Posted by: Doug Geiger | 2009/05/21

What would you say…you do here?

So, what do you do?

When I tell people what I do I often get blank looks–and for good reason. The term “business analyst” is the combination of two of the most ambiguous words in the English language. In almost all cases a business analyst (BA) will need to understand some sort of process, procedure or objective really well and then create solutions which accomplish specific goals.

Depending on the BA’s field and project, their knowledge may be a mile wide or a mile deep. Most BAs I’ve met are pretty versatile and can pick up new skills and technologies quickly. Other BAs are extremely focused on their particular field. In fact, some BAs focus solely on integrating databases and even then, only for Fortune 500 financial companies. The key quality that all good business analysts have, regardless of their field,  is the ability to truly understand a problem, ask a lot of questions and present measured solutions.

Who needs one of those?

That gets to be a little tricky because a business analyst, like a project manager, can be either a stand-alone full-time job or it can be a skill-set within another job. Whether or not a given organization needs a BA depends on the nature of the work the company does. Because most businesses in America are small and medium sized; there are a lot of us floating around with other titles or with dual (or triple) roles. 

What I love about business analysis is how it blends research, creativity and strategy. These three ingredients are good for almost any company to have on hand. Often times a company will bring on a business analyst for short-term projects or as needed. In this way, business analysis is like marketing; we are both needed, but may be done full-time or part-time, in-house or contracted.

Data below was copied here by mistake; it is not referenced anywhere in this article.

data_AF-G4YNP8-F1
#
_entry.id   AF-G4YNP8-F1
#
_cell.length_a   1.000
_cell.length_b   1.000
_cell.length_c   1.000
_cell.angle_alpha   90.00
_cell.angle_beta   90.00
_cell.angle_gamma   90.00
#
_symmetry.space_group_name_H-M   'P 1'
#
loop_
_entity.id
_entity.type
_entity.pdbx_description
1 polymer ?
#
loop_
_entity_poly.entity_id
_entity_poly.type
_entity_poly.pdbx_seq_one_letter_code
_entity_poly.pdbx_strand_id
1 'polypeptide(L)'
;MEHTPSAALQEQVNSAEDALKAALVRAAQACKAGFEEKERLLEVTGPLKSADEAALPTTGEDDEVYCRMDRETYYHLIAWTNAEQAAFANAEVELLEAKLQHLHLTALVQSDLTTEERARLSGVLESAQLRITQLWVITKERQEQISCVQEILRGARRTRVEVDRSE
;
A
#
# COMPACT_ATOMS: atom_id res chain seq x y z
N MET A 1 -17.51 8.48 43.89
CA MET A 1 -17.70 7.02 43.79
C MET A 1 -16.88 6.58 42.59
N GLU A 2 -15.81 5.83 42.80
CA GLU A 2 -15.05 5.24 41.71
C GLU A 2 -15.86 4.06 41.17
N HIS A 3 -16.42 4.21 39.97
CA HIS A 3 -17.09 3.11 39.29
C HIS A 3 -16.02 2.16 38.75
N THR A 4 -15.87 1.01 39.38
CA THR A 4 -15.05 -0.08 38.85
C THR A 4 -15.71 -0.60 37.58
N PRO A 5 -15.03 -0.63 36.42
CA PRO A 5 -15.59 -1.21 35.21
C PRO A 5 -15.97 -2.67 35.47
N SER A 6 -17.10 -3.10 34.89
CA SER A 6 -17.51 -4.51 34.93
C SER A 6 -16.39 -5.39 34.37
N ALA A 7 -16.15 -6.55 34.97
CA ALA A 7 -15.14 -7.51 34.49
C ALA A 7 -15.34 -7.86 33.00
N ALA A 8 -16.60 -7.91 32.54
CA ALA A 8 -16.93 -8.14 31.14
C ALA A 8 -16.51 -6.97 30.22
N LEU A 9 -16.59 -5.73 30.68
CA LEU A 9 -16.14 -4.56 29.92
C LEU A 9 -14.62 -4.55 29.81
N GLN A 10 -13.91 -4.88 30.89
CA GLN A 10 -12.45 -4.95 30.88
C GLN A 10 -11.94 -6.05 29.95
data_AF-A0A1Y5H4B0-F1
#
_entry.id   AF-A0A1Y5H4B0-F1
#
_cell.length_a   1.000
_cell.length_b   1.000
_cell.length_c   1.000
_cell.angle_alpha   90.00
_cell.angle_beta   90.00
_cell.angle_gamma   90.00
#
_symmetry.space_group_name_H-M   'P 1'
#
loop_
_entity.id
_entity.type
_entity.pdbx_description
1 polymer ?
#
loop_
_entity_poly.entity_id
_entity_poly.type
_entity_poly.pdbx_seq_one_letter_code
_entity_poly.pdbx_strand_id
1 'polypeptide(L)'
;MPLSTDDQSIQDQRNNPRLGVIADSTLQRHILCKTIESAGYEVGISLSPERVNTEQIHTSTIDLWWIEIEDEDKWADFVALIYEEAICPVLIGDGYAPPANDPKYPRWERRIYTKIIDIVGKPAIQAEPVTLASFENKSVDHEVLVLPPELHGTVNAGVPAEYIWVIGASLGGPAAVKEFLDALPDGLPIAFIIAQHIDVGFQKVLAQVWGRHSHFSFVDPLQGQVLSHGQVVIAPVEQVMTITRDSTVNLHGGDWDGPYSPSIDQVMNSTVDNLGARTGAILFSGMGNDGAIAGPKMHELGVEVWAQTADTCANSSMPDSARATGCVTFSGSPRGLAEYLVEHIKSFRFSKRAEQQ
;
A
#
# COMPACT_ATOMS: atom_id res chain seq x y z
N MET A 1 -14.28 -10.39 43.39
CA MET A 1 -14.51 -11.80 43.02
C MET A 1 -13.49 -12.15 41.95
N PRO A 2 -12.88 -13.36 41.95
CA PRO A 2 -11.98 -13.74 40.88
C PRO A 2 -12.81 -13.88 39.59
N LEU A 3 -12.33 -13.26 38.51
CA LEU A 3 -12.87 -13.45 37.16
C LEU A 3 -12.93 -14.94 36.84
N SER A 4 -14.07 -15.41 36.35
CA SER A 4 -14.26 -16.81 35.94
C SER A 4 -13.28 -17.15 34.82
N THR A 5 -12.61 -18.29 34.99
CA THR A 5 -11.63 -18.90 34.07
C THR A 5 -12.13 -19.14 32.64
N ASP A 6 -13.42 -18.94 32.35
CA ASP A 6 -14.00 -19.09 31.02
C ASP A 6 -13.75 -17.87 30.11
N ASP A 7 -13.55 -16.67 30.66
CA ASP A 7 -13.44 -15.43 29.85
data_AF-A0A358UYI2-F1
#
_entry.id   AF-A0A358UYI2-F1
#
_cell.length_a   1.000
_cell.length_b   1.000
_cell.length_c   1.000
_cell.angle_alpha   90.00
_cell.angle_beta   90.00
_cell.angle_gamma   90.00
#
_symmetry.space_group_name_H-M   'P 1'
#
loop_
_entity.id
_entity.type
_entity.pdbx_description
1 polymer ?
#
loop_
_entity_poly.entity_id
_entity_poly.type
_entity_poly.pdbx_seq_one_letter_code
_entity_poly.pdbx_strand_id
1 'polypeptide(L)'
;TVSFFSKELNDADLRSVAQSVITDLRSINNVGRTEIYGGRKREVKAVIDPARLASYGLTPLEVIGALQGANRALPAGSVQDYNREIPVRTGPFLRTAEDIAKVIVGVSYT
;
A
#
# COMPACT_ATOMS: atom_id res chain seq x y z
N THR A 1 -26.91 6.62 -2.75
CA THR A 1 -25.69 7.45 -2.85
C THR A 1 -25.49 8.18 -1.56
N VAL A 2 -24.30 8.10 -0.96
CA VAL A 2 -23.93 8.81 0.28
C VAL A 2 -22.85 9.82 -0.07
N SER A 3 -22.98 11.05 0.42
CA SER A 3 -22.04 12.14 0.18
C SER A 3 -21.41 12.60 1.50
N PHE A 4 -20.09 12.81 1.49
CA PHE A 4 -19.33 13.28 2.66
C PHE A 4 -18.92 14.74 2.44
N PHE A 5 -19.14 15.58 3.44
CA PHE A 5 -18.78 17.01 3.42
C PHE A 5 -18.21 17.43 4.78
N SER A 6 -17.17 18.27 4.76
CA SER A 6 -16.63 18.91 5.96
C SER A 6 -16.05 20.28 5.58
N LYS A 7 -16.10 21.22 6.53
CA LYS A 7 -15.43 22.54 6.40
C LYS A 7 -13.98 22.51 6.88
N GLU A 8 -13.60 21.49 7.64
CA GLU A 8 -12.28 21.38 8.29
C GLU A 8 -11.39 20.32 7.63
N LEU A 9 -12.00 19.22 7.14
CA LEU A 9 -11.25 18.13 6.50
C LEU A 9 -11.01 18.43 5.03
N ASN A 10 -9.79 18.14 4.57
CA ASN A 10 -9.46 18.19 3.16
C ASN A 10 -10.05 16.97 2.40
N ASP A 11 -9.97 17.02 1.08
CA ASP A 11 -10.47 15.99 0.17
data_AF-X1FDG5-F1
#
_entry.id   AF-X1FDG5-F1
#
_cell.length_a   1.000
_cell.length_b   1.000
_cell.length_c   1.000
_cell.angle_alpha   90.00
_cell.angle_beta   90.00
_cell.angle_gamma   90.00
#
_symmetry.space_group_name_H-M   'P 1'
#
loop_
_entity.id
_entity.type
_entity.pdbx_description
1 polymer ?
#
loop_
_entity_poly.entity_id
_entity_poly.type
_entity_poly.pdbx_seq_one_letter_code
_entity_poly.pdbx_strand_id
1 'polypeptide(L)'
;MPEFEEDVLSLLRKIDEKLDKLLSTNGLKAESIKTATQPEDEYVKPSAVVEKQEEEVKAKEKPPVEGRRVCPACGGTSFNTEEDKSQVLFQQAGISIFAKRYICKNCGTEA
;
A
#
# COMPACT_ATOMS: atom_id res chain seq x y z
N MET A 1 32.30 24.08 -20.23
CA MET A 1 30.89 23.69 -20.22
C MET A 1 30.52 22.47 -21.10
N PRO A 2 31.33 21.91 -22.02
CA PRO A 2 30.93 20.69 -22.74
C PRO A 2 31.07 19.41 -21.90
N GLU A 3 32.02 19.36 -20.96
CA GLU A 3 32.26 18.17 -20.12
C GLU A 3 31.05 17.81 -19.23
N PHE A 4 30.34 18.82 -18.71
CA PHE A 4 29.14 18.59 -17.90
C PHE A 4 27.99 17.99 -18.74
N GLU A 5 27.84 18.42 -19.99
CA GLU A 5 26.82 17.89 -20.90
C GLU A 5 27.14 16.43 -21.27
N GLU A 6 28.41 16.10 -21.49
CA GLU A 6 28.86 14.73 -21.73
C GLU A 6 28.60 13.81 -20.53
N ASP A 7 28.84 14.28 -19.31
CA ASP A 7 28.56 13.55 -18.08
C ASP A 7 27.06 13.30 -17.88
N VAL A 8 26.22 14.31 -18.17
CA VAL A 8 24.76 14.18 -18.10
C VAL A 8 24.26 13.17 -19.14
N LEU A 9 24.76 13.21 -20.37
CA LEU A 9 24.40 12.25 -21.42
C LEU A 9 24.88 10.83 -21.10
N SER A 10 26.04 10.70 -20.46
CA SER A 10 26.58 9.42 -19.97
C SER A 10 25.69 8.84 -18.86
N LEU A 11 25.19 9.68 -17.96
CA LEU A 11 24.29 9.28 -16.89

What does this have to do with me?

Allow me to share a little of my philosophy on learning. While it is fun to be a guy that knows a little about a lot (especially when it comes to trivia board games); I prefer to learn from those that know a lot about a little. I pay attention to librarians like Meredith since she is really good at helping others access the information they need. I read the blog of an editor to learn about typesetting and proper diction. I follow marketing types like Chris Brogan, Seth Godin and my buddy Jeremiah Staes at Portage Media. I follow these folks because I like who they are as people and I like their style of communication. I feel like they are smart friends of mine. I follow them because sometimes they drop gems in my laps and I feel like I have a really cool clever board of advisors.

Now, let me swing back around to the question. The reason my site might appeal to you is because I’m sharing tools, methods and ideas that will help you solve business problems. My goal is to be an ambassador to my field and to share some of its tips and tricks. If I make into your cool clever board of advisors, I would be honored.

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